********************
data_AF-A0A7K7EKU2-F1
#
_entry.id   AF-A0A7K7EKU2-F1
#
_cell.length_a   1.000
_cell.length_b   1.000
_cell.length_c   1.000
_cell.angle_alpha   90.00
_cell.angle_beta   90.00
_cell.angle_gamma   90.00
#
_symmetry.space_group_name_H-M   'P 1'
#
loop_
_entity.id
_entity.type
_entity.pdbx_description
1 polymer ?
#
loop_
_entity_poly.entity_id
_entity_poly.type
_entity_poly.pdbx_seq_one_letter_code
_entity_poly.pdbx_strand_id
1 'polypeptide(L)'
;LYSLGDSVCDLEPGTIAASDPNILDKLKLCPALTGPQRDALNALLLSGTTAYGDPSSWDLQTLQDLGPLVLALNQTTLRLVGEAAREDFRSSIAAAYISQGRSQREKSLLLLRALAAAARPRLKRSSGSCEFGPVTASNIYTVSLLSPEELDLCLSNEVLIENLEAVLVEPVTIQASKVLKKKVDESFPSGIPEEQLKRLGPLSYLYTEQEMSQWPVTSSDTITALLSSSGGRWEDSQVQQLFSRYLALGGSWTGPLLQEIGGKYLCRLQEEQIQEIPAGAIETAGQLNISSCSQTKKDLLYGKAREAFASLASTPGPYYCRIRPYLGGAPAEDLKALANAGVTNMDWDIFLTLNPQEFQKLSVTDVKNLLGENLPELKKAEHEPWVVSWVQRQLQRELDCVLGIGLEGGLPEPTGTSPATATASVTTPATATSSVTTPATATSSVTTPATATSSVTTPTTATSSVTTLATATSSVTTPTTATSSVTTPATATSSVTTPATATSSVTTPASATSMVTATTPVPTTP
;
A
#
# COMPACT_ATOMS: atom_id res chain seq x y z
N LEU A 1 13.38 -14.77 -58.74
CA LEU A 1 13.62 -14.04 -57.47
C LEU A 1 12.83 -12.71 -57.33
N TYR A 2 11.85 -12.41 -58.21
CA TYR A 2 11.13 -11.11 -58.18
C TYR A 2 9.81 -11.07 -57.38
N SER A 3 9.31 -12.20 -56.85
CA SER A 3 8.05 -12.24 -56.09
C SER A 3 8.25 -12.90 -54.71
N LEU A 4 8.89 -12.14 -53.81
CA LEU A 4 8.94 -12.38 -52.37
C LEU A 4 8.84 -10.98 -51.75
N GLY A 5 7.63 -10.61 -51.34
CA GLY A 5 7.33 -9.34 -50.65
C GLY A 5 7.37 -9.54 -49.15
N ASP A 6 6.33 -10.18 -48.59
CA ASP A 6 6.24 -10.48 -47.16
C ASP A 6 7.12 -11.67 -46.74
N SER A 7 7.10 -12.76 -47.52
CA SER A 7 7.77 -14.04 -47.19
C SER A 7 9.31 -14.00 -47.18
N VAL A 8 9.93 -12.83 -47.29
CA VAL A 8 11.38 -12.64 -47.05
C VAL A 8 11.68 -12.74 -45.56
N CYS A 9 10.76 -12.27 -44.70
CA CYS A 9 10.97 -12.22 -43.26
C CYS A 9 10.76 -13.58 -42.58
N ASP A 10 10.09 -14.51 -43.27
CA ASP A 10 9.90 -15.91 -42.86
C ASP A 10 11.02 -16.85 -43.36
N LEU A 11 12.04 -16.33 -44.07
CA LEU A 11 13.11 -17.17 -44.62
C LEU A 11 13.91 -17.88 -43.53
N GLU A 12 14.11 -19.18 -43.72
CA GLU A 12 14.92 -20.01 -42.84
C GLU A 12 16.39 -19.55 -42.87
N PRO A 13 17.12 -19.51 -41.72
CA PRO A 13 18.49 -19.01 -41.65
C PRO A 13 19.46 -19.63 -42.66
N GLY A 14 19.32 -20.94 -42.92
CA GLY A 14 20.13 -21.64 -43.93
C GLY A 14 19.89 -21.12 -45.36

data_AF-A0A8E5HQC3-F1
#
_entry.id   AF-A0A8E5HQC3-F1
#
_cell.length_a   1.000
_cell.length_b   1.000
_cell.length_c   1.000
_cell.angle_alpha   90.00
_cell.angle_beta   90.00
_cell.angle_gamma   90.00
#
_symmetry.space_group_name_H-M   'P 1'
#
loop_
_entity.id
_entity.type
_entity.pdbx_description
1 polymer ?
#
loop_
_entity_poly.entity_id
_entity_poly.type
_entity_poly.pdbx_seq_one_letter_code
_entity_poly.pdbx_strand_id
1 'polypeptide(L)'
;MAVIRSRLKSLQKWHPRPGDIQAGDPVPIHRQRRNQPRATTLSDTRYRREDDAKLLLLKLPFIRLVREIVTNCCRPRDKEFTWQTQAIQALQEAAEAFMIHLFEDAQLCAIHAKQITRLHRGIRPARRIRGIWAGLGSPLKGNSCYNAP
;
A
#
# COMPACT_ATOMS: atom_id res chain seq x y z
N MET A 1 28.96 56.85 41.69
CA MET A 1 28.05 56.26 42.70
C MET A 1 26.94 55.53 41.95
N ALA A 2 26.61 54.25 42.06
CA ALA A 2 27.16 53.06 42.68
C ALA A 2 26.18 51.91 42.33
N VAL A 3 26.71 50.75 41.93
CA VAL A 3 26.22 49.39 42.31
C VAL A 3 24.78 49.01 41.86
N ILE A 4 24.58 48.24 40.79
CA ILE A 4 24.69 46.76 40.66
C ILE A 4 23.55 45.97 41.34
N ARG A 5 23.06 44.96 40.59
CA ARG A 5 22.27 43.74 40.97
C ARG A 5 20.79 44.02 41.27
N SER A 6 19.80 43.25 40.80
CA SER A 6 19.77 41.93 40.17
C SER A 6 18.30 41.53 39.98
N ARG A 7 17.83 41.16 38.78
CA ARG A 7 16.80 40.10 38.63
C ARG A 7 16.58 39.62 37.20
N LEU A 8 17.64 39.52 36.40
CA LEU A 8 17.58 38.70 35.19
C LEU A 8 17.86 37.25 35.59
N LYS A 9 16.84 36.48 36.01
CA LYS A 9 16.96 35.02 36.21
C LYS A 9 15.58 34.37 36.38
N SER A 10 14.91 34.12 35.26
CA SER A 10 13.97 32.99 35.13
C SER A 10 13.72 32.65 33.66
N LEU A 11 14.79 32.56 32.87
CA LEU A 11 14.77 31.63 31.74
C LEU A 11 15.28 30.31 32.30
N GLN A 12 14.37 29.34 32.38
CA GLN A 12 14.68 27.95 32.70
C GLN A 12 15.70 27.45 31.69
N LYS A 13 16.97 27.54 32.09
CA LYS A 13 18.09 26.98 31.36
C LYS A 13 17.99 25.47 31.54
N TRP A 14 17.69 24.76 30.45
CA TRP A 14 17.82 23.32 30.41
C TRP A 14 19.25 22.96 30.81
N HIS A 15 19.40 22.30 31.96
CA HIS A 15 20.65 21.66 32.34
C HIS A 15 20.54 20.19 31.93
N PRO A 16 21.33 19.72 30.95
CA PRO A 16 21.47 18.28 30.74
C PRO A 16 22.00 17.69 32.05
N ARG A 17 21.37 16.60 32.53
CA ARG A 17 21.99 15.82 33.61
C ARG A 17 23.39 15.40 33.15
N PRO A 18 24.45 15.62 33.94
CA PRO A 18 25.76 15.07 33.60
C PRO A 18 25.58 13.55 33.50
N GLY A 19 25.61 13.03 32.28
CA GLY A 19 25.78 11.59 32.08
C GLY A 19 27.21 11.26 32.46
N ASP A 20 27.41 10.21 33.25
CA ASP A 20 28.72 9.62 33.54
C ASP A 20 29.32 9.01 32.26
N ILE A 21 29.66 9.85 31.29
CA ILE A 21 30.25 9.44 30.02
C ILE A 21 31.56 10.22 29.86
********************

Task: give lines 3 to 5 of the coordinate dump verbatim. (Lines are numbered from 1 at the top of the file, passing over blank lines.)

_entry.id   AF-A0A7K7EKU2-F1
#
_cell.length_a   1.000